On Saturday, CNN reported that President Donald Trump has yet to fill almost 2,000 appointed positions within his administration. While some of these positions, while important, are not crucial to the success of the administration, at least in the short term, other vacancies seem to be affecting the day-to-day operation of key government functions.
However, Trump has addressed a plan to fill many of these positions: he simply won’t. In an interview that aired on Fox News Tuesday morning, the President said, “in many cases, we don’t want to fill those jobs.” Touting that he wants to trim the fat, Trump went on to say that he is “running a very good, efficient government.”
While we could possibly live without some of the positions, like appointments to the Railroad Retirement Board or the Christopher Columbus Fellowship Foundation, others are more critical.
The Department of State, which is facing massive budget cuts from the administration, has 197 openings (as of February 23), including more than a dozen assistant secretary roles. Most glaringly, Secretary of State Rex Tillerson is acting without a press secretary, forcing Sean Spicer to answer questions about foreign relations, even situations that he may not have been briefed on. In other instances, the American public has had to rely on other countries to inform us about foreign actions. The Department of State had typically held almost daily briefings, but has not held one in over a month.
Trump had previously blamed Democrats in the Senate for slowing down his appointment process. However, over two-thirds of the appointments do not require Senate approval. So why isn’t Trump making these appointments? There are various reasons aside from simply wanting to streamline the government. Many of the positions are traditionally picked by the cabinet members that oversee them. When dealing with cabinet appointments that come from outside the government, the learning curve can be steep. Several of Trump’s appointments have zero government experience. Recently confirmed Secretary of Commerce Wilbur Ross, for instance, may be well versed in trade from his 25 years leading a private equity firm. However, he may not understand the structure of the department he is tasked with leading and could struggle to fill its 123 openings.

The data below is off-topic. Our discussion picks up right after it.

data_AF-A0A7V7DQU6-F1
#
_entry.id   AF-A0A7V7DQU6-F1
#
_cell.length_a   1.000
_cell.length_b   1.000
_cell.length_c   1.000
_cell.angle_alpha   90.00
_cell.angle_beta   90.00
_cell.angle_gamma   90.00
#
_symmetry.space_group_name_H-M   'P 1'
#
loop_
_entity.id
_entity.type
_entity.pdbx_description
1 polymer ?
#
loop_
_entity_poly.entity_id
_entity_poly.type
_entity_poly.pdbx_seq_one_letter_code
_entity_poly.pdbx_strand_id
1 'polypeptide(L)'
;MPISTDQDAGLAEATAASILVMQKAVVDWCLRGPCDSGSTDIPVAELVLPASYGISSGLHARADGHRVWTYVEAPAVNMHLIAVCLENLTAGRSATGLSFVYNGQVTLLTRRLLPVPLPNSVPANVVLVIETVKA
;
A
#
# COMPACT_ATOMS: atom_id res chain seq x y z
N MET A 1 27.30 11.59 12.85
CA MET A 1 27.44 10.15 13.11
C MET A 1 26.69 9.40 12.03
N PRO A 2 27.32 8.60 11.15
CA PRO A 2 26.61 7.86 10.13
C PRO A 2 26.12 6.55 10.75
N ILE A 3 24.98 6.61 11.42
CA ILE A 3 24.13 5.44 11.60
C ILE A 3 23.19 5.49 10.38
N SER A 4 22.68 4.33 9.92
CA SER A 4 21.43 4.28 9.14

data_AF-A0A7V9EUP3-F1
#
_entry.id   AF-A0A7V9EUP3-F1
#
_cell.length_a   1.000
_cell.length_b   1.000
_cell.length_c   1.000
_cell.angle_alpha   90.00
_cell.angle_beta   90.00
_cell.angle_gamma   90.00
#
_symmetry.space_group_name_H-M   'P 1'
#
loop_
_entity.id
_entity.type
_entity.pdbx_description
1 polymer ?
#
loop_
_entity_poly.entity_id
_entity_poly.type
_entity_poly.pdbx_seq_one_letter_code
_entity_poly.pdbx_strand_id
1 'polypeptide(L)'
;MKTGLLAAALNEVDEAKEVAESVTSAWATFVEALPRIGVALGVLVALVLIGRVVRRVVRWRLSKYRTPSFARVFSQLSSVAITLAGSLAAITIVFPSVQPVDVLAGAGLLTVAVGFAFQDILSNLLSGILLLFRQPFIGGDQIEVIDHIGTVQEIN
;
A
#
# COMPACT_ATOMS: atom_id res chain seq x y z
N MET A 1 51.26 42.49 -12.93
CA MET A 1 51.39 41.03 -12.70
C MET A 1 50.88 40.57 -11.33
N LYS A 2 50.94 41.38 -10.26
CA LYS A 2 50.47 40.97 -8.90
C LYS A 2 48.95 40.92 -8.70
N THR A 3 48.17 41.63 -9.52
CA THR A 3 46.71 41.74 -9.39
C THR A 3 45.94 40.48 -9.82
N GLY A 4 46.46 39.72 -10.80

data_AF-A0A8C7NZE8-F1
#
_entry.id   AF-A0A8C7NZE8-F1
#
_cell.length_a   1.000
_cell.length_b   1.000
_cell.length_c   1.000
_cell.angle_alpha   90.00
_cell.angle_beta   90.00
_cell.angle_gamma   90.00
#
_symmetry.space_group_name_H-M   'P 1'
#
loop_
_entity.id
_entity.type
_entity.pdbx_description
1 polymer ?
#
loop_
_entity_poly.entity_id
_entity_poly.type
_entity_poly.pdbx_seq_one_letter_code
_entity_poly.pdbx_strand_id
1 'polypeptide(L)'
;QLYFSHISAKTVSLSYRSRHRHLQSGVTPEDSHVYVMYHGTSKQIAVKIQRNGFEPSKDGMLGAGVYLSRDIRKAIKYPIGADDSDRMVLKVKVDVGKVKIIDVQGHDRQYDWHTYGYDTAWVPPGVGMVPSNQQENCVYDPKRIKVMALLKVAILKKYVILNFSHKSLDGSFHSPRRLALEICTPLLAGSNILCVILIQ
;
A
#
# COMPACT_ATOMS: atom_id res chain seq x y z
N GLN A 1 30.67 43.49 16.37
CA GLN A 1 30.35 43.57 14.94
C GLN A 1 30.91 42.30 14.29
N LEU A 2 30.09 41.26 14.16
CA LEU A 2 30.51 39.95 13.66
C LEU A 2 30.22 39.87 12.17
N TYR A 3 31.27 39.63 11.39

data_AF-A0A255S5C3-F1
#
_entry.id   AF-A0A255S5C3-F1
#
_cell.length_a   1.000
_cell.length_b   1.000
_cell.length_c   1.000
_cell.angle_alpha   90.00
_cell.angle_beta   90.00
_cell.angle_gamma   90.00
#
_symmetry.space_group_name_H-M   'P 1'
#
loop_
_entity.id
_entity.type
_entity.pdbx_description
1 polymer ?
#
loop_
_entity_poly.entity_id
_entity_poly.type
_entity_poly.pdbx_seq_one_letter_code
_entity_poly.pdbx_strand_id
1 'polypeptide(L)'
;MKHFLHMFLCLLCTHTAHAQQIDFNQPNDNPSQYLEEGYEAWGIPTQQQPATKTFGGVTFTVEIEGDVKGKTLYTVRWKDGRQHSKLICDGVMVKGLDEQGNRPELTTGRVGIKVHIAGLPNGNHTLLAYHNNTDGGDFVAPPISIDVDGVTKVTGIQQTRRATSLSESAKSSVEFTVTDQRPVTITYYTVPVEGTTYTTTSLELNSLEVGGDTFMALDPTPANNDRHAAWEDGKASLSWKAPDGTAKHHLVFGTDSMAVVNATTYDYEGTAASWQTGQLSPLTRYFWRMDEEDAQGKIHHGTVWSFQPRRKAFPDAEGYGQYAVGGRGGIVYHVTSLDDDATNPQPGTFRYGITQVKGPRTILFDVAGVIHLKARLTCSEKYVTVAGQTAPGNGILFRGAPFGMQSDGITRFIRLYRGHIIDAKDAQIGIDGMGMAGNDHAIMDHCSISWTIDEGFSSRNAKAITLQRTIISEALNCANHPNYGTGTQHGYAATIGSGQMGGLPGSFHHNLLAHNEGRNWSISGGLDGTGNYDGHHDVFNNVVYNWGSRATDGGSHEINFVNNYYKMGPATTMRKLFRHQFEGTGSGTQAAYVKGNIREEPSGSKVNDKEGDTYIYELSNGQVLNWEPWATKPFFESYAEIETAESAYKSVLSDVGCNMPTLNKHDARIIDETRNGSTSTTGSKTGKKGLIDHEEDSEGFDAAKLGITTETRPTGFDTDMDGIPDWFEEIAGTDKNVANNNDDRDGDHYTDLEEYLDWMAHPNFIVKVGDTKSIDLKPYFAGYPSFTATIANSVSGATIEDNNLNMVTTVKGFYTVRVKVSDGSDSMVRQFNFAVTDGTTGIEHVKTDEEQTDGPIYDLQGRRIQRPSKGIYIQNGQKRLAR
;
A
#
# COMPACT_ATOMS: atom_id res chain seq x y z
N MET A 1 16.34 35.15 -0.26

Another reason the administration may find it difficult to fill positions is a lack of interest. The President has already been turned down several times when trying to fill key roles. Earlier this month, former Navy SEAL Robert Harward turned down the President’s offer to become national security adviser, with sources close to Harward saying he described the job as a “s**t sandwich.” The chaotic nature of the administration, paired with Trump’s insistence on meddling in the minutia of individual departments may make other potential appointees hesitant to accept.
While the process of building an administration can be a lengthy ordeal, President Trump has decided that inaction is his best move, while the key government posts struggle to continue business as usual.